Human-centric research of skills and decision-making capacity in fashion garment manufacturing to support robotic design tool development
Authors: Kat Thiel, Susan Postlethwaite
Abstract: This paper examines the findings of research combining Human Factors methods with Fashion Design Practice Research to identify existing skills levels of UK sewing machinists, assessing the interest in integrating robotic tooling into low-volume high-value fashion design workflows to help an upskilling and onshoring agenda for UK SME fashion manufacturing. Despite its international reputation for creative design and contributing £32.3 billion to the UK economy (Oxford Economics, 2018), the UK’s fashion industry's levels of automation are much lower than other sectors. Amongst young people who might enter the industry a lack of interest in manufacturing, anxieties about modern-day slavery, poor working conditions, precarity in the jobs market, low levels of pay and training are exacerbating the situation. The challenges of integrating automation, robotics and engineering into a highly creative UK fashion sector with a need for very high levels of agility in micro-production processes can be addressed through joint research from Human Factors and design-led research. This project explored skills levels in garment manufacturing, to inform the steps in research of new tooling concerned with identifying tasks that can be performed by robots, or those needing to remain performed by skilled human makers - importantly identifying requirements for promoting worker satisfaction via new technology and automation. The research evidences sewing machinists’ need for better work fulfilment and personal reward. Currently, the UK fashion manufacturing sector lacks systems that support the application of transferable skills to rejuvenate the jobs market with opportunities that can inspire and entice a young workforce to enter what could be a dynamic field. In a mixed methods study, researchers used questionnaires, desk research, eye-tracking and heart-rate monitoring to evidence cognitive decision-making and tacit/tactile knowledge of sewing machinists. Participants of the questionnaire and eye-tracking trials stressed a sense of reward as one of the main drivers for fulfilment during a sewing project. Investigating the development of new tooling in the context of creatively rewarding activity is therefore a critical next step in design research with Human Factors. This study has delivered perspectives on ways to increase collaboration capability between social science and fashion design research to innovate within manufacturing processes amidst a growing skills shortage in the UK. This tightly limited scope study has been an ideal way of demonstrating the value in this area of research as a platform for a larger collaborative piece of work in the future with a focus on co-investigating, with micro and SME fashion design and robotics businesses, what kind of small-scale tools might need to be designed to enable new forms of on-shored production, leading naturally to a new design aesthetic. These cobot systems could support decision-making for fabrication sequencing. There is already potential for interactive robots to be mobile on desktops as well as self-assembling swarms - concepts that can help to address further development aims for garment manufacturing.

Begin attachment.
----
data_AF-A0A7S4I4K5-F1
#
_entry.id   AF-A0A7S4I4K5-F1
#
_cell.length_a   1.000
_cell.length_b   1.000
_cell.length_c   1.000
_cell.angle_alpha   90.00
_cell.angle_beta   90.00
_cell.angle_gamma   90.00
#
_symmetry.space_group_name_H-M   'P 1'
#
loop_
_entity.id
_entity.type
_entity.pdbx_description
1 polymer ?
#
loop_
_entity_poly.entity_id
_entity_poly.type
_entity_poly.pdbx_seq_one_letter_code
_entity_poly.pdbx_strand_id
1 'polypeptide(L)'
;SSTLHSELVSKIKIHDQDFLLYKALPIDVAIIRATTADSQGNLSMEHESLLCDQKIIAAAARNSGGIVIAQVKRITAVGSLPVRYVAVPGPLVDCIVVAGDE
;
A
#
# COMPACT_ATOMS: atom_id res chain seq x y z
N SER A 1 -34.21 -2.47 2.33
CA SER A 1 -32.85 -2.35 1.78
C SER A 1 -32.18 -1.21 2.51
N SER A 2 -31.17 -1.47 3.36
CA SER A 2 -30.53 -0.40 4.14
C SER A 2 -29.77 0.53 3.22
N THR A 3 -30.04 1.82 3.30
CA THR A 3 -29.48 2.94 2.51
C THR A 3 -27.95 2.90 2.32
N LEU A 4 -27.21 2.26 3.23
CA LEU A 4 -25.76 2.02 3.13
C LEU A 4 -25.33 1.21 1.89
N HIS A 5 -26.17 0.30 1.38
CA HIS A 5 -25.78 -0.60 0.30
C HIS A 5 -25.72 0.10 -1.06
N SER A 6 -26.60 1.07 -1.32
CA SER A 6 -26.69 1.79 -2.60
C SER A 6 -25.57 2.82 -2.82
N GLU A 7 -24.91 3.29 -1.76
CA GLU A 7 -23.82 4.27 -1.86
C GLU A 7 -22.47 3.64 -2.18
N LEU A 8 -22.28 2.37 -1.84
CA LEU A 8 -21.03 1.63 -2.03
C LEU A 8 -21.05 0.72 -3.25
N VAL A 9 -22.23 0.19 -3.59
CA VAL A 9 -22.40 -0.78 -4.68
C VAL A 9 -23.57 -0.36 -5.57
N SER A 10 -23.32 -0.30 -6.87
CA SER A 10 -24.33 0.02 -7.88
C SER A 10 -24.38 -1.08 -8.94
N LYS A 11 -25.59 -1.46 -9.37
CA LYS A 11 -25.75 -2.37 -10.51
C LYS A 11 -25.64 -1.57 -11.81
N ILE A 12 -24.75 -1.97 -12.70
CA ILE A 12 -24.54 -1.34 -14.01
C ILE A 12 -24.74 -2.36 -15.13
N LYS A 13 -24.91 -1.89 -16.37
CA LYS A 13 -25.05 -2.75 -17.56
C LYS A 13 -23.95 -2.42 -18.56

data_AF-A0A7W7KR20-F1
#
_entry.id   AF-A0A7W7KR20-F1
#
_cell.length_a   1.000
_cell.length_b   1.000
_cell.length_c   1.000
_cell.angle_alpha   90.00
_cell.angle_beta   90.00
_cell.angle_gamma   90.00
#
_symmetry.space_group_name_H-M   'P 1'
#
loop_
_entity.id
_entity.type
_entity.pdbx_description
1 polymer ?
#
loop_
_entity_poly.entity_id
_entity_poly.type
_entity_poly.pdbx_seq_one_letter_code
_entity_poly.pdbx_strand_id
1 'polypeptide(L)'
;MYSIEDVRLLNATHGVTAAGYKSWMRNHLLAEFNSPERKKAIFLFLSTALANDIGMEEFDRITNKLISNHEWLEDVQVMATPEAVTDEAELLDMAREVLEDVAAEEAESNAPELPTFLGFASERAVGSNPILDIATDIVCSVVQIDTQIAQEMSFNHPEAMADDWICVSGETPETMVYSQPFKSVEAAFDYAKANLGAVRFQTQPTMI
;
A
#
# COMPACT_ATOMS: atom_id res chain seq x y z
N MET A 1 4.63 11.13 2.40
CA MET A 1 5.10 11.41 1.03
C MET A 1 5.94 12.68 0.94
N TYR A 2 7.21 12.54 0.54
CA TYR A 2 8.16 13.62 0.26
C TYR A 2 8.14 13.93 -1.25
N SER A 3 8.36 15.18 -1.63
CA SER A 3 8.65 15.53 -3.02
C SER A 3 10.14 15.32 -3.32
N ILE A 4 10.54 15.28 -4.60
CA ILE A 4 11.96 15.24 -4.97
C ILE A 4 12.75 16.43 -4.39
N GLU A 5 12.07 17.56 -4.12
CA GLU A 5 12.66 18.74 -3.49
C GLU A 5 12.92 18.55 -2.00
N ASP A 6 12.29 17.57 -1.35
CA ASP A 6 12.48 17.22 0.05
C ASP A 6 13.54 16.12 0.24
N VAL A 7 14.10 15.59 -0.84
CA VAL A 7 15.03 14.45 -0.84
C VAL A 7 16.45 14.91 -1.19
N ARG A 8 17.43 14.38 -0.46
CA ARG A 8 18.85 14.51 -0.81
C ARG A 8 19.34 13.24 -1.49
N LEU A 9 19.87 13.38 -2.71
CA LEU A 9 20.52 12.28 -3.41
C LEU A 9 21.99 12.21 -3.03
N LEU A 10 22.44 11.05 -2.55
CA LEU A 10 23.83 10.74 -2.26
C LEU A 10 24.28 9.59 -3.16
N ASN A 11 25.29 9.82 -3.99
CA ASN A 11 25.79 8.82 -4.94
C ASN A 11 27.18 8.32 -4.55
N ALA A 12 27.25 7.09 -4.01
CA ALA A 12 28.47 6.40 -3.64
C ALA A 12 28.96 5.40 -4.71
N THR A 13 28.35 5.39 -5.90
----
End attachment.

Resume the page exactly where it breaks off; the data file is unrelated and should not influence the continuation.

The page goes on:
Keywords: Fashion Practice Research, Human Factors, Robotic Fashion Manufacturing, Reskilling, Agile Tooling
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